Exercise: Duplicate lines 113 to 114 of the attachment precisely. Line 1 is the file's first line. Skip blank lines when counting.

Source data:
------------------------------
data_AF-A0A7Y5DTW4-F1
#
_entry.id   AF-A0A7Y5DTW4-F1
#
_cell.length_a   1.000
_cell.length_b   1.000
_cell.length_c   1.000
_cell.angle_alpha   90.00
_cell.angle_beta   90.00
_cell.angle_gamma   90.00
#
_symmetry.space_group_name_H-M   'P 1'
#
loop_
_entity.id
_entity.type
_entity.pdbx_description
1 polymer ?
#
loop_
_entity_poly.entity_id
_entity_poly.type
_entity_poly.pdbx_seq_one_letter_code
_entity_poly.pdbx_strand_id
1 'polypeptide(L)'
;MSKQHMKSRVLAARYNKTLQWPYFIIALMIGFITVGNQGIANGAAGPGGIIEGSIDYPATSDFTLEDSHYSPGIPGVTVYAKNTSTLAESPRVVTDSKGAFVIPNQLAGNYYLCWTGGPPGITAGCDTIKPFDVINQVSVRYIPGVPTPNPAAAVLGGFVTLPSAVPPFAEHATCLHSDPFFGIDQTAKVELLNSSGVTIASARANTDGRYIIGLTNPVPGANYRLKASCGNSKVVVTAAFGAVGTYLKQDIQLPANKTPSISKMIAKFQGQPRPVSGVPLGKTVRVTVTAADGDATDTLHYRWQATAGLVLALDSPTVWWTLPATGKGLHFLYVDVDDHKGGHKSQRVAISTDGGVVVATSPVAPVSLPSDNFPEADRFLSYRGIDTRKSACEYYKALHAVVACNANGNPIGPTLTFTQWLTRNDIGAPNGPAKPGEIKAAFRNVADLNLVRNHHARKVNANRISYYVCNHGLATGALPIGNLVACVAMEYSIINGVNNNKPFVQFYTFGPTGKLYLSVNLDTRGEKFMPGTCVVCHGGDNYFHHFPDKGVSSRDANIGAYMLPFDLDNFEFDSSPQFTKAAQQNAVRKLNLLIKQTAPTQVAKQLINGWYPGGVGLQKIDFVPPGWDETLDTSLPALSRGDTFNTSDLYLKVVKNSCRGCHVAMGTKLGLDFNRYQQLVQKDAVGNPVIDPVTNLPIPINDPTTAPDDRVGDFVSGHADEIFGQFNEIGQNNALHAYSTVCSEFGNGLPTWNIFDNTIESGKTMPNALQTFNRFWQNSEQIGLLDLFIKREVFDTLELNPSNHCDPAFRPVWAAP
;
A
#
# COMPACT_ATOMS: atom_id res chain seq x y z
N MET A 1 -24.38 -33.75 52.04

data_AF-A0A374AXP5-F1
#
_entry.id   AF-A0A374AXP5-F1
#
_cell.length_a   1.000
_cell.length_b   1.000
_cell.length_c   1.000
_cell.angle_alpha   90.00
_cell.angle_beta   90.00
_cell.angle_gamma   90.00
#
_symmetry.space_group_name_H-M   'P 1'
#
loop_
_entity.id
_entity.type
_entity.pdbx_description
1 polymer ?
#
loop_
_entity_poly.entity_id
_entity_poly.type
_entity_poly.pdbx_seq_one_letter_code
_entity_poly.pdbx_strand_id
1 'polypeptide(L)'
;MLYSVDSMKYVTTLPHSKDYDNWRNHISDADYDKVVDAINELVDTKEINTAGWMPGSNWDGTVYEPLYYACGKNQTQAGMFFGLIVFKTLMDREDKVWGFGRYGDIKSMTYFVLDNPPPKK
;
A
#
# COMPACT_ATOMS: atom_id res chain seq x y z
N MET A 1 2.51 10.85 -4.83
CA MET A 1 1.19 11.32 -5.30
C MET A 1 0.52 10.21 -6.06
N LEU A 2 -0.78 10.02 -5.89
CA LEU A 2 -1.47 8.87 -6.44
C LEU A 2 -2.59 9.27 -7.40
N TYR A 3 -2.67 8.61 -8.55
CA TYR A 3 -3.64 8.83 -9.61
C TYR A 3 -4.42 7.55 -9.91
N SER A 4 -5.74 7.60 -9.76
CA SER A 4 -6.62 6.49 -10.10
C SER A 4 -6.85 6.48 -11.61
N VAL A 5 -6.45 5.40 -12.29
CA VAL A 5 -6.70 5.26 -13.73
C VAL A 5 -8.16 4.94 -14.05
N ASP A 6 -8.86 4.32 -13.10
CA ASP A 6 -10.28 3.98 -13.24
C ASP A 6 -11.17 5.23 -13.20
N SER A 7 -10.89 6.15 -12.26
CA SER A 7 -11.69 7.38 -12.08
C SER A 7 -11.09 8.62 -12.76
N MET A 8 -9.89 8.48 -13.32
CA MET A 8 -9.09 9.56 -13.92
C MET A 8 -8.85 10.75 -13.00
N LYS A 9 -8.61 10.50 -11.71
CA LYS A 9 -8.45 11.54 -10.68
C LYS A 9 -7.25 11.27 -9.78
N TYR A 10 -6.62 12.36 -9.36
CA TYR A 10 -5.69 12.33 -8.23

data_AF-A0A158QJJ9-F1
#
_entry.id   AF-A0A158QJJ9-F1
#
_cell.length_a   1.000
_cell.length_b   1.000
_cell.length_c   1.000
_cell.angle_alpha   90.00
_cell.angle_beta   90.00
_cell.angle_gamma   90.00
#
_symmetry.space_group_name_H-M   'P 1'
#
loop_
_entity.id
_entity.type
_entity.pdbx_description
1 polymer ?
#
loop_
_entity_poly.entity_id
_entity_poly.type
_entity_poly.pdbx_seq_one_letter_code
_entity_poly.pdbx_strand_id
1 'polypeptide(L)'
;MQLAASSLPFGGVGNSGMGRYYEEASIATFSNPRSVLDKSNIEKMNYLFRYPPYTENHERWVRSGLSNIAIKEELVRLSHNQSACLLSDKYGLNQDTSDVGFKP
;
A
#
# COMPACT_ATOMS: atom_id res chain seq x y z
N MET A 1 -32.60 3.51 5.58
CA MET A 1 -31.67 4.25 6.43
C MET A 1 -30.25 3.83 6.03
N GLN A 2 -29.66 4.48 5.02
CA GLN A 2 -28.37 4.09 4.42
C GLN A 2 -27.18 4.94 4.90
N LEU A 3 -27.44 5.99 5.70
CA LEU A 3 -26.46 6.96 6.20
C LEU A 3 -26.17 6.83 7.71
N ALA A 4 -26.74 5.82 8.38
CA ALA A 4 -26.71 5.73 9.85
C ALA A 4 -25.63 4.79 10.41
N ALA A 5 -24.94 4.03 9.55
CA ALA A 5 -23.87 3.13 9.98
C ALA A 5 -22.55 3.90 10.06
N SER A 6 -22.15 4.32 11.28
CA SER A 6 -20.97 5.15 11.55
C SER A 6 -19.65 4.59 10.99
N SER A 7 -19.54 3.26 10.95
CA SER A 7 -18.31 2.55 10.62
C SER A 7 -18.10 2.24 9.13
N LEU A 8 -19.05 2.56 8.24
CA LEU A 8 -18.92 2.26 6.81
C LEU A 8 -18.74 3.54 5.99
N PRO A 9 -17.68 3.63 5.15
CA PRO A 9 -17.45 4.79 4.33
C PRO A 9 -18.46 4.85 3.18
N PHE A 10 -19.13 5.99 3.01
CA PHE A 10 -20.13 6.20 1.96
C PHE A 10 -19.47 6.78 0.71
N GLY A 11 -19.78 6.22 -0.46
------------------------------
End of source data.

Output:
_entity_poly.pdbx_seq_one_letter_code
_entity_poly.pdbx_strand_id